Microsoft received approval to remove 2,642 trees from a 33-acre tract of land on the far West Side of San Antonio where the company plans to build a large data center. The technology giant will pay $1.47 million into the city’s tree mitigation fund aimed at offsetting the impact.

City Council voted 8-3 on Thursday to reaffirm a 6-1 vote that the Planning Commission took in December that granted Microsoft an exception to the city’s Tree Preservation Ordinance for the facility at 3545 Wiseman Blvd.

Several residents of the Stonegate Hill subdivision celebrated the decision because an alternative plan of Microsoft’s was to build a two-story facility if the variance was not approved.

“Property values of the 19 homeowners immediately adjacent to the 60-foot tall monstrosity would likely plummet,” said Jim Eckburg, vice president of the Stonegate Hill homeowners association.

“In the end, this is not a trees-versus-business-interest story,” said Councilwoman Melissa Cabello Havrda (D6), whose district includes the neighborhood. “In seven to 10 years, we will all have moved on from this issue. But the good people of Stonegate Hill will still be there. I want to be clear: The people who know best about their neighborhood needs are the people living in that neighborhood.”

Neighbors have known for years that something industrial would be built there, said Joan Lopez, the HOA’s secretary. “Since my retirement, I have worked very long and hard with the board of directors of Stonegate Hill to ensure … that we keep our country-feel in the neighborhood.”

Microsoft will plant 833 trees to provide a buffer around the facility, according to plans filed with the city, but they are removing more trees than the city’s minimum preservation requirements allow.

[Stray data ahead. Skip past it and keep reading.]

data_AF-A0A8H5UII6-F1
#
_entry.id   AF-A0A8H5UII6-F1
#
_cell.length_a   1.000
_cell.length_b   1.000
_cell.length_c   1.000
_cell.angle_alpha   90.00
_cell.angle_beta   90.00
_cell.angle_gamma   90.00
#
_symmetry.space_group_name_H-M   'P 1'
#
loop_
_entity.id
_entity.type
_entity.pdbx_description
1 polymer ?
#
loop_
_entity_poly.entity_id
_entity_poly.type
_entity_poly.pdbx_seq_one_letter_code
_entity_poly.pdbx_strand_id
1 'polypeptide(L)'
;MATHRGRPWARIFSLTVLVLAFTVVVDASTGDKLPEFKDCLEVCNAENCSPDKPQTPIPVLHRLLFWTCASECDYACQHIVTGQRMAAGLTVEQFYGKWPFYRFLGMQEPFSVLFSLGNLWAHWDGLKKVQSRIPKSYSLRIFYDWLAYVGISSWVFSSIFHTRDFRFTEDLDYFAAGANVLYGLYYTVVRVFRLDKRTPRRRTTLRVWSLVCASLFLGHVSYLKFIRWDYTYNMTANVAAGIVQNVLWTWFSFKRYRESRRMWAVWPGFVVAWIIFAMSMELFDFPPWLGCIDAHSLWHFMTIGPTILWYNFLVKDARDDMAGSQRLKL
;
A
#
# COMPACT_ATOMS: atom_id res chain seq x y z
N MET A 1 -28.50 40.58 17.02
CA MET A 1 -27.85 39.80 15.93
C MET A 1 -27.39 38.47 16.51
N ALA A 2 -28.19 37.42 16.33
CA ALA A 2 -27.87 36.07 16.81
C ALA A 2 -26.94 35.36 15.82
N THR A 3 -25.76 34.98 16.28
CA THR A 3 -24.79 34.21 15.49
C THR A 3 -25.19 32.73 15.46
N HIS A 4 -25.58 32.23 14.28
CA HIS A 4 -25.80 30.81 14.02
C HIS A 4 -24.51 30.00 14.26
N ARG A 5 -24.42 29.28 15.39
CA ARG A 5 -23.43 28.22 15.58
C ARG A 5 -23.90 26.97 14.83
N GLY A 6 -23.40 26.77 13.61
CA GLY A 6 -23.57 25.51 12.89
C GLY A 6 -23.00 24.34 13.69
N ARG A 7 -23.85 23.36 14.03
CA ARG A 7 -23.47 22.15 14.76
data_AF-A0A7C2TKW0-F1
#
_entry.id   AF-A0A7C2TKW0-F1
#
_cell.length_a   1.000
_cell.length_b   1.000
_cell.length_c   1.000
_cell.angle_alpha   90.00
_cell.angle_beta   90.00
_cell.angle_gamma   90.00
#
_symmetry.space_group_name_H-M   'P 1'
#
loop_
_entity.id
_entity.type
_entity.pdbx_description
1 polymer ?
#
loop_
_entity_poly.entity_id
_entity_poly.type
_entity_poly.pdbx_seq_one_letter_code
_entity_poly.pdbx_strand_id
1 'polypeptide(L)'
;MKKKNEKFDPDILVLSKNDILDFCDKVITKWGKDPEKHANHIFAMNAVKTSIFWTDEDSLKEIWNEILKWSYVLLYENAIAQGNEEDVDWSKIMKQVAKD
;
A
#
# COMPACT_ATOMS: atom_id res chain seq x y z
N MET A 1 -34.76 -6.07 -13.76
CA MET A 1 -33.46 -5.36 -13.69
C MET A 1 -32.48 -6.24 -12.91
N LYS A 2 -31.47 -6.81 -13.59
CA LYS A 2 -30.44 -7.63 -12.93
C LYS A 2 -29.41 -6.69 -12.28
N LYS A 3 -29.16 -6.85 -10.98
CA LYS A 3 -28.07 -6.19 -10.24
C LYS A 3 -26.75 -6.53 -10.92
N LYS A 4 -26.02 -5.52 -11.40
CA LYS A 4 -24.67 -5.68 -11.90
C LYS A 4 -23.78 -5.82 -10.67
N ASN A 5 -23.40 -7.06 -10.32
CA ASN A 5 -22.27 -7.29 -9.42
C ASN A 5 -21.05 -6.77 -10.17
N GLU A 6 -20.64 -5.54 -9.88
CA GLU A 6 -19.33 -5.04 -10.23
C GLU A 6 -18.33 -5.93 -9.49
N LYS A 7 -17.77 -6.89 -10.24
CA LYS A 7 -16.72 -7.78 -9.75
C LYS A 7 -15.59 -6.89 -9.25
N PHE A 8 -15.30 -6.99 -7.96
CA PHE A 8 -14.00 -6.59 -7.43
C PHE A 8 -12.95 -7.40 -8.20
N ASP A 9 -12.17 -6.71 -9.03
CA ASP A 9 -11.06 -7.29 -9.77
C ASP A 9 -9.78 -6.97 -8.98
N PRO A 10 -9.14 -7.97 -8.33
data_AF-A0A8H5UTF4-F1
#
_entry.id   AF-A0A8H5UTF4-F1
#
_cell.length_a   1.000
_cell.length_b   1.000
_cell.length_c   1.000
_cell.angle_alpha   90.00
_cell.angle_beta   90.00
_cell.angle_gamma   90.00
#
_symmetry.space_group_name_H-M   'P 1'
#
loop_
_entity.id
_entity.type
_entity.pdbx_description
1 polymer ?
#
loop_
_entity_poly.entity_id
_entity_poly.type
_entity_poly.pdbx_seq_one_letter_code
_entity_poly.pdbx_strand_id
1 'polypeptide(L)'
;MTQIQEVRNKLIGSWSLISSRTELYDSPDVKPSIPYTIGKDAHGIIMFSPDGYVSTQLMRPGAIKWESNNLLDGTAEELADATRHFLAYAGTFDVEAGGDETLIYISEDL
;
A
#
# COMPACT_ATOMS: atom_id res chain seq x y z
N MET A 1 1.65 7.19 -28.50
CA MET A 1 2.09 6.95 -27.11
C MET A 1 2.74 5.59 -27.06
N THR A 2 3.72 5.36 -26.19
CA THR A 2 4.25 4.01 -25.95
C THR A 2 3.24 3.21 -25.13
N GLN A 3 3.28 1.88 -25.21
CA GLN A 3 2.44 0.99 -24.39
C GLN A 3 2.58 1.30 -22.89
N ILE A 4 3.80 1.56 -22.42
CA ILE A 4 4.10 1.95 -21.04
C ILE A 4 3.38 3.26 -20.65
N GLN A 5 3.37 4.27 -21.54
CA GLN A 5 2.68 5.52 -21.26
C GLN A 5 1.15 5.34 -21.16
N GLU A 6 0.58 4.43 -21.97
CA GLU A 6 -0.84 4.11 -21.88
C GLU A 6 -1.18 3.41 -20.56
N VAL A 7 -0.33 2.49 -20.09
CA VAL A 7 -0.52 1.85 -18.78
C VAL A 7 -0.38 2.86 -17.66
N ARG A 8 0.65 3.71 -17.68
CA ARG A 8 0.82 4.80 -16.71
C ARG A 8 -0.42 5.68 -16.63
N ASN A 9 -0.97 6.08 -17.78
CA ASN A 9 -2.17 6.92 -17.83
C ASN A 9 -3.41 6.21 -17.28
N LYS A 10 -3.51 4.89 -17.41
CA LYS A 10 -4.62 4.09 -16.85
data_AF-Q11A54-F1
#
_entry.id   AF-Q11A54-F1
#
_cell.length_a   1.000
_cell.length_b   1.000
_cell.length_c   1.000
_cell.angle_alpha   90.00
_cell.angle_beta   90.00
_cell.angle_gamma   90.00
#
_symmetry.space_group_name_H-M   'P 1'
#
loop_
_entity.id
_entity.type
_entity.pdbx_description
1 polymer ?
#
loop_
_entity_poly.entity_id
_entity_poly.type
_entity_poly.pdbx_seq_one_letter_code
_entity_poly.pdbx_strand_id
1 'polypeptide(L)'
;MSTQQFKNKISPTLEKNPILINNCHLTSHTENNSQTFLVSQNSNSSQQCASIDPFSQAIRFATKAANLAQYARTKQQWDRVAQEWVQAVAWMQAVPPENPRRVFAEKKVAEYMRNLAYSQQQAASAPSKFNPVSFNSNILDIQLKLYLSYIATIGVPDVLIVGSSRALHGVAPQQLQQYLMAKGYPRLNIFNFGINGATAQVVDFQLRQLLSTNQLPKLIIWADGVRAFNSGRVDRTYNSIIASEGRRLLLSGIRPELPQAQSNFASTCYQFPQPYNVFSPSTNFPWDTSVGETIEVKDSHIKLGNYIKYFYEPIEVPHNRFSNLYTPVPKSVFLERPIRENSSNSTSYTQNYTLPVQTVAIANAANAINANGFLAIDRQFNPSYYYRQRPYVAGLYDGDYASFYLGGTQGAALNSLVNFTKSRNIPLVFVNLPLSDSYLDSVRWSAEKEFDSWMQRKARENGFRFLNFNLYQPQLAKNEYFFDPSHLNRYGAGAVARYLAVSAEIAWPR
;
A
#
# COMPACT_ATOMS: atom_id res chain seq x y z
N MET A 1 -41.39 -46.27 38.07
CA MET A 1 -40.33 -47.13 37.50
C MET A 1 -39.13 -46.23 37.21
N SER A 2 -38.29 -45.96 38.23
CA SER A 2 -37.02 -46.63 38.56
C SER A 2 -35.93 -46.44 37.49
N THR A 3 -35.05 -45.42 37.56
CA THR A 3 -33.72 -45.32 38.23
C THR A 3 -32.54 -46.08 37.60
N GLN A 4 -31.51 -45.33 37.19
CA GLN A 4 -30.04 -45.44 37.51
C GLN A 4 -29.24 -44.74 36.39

The city’s code allows developers to take down trees and pay into the mitigation fund, but it stipulates that at least 20% of heritage trees, which measure more than 24 inches in diameter, and 20% of significant trees, more than 6 inches, must be kept on-site.

Microsoft’s plan will leave nearly 4.5% of heritage trees and 3% of significant trees.

Beyond the technical variances, Development Services Director Mike Shannon said the proposal did not meet the intent of the ordinance.

The goal is to balance preservation, development and canopy “not only now but in the future,” Shannon said. “It was just slightly off-balance for us at the administrative level.”

But once the planted trees mature, their shade canopy will exceed the code requirement, said Bill Kaufman, a local attorney representing Microsoft in this case.

“New trees grow and prosper,” Kaufman said, adding that many trees currently on the property are “not really healthy.”

Several council members said they had mixed feelings about whether to approve the variance.

Usually, if a company works with the neighborhood on a solution they all agree with, Councilman Clayton Perry (D10) said, “I would say automatically: Yep, no problem. Checks both my boxes.”

But the degree of variance from the tree ordinance gave him pause.

“This is pretty dramatic for that piece of land,” Perry said. “What really sticks to me is [that it] does not meet the intent and spirit of the ordinance.”

He questioned why Microsoft chose that particular plot of land.

In addition to other factors, big data centers have to be located close to other centers “to provide redundancy in the event of calamity,” Kaufman said, and the property is just southeast of the Valero Energy Corp. data center.

Ultimately, Perry voted in favor of the variance.

Council members Jalen McKee-Rodriguez (D2), Teri Castillo (D5) and Ana Sandoval (D7) commended Havrda for advocating for her neighborhood, but they opposed the variance.

“This vote is very difficult for me,” Sandoval said, citing concerns that the carbon captured in the trees will contribute to climate change. “Having trees to absorb that carbon is really urgent.

“If I had some assurance that the … carbon reduction ability of the trees can be replaced in the short term, I think I would feel differently about this,” she said. “But I don’t have those assurances right now.”

Senior Reporter Iris Dimmick covers public policy pertaining to social issues, ranging from affordable housing and economic disparity to policing reform and mental health. Contact her at